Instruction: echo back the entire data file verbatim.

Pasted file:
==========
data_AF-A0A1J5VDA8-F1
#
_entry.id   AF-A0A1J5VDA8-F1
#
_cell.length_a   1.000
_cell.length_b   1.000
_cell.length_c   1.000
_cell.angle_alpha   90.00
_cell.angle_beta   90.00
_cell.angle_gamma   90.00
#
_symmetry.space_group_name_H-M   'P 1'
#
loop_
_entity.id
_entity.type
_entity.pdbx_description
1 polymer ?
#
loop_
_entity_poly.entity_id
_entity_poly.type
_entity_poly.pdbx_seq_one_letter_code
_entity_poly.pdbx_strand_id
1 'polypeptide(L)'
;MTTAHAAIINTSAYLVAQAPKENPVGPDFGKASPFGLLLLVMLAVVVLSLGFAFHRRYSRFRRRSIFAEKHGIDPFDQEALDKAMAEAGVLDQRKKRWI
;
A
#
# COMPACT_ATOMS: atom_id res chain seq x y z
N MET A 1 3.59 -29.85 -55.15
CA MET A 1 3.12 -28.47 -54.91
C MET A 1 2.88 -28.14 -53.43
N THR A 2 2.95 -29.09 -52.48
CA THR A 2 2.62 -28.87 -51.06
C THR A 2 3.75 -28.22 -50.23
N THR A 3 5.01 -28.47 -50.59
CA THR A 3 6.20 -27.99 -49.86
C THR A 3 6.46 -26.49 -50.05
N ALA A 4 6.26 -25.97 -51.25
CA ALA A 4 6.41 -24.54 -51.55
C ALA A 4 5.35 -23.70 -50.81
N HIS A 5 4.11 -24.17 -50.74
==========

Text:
data_AF-A0A1J5VDA8-F1
#
_entry.id   AF-A0A1J5VDA8-F1
#
_cell.length_a   1.000
_cell.length_b   1.000
_cell.length_c   1.000
_cell.angle_alpha   90.00
_cell.angle_beta   90.00
_cell.angle_gamma   90.00
#
_symmetry.space_group_name_H-M   'P 1'
#
loop_
_entity.id
_entity.type
_entity.pdbx_description
1 polymer ?
#
loop_
_entity_poly.entity_id
_entity_poly.type
_entity_poly.pdbx_seq_one_letter_code
_entity_poly.pdbx_strand_id
1 'polypeptide(L)'
;MTTAHAAIINTSAYLVAQAPKENPVGPDFGKASPFGLLLLVMLAVVVLSLGFAFHRRYSRFRRRSIFAEKHGIDPFDQEALDKAMAEAGVLDQRKKRWI
;
A
#
# COMPACT_ATOMS: atom_id res chain seq x y z
N MET A 1 3.59 -29.85 -55.15
CA MET A 1 3.12 -28.47 -54.91
C MET A 1 2.88 -28.14 -53.43
N THR A 2 2.95 -29.09 -52.48
CA THR A 2 2.62 -28.87 -51.06
C THR A 2 3.75 -28.22 -50.23
N THR A 3 5.01 -28.47 -50.59
CA THR A 3 6.20 -27.99 -49.86
C THR A 3 6.46 -26.49 -50.05
N ALA A 4 6.26 -25.97 -51.25
CA ALA A 4 6.41 -24.54 -51.55
C ALA A 4 5.35 -23.70 -50.81
N HIS A 5 4.11 -24.17 -50.74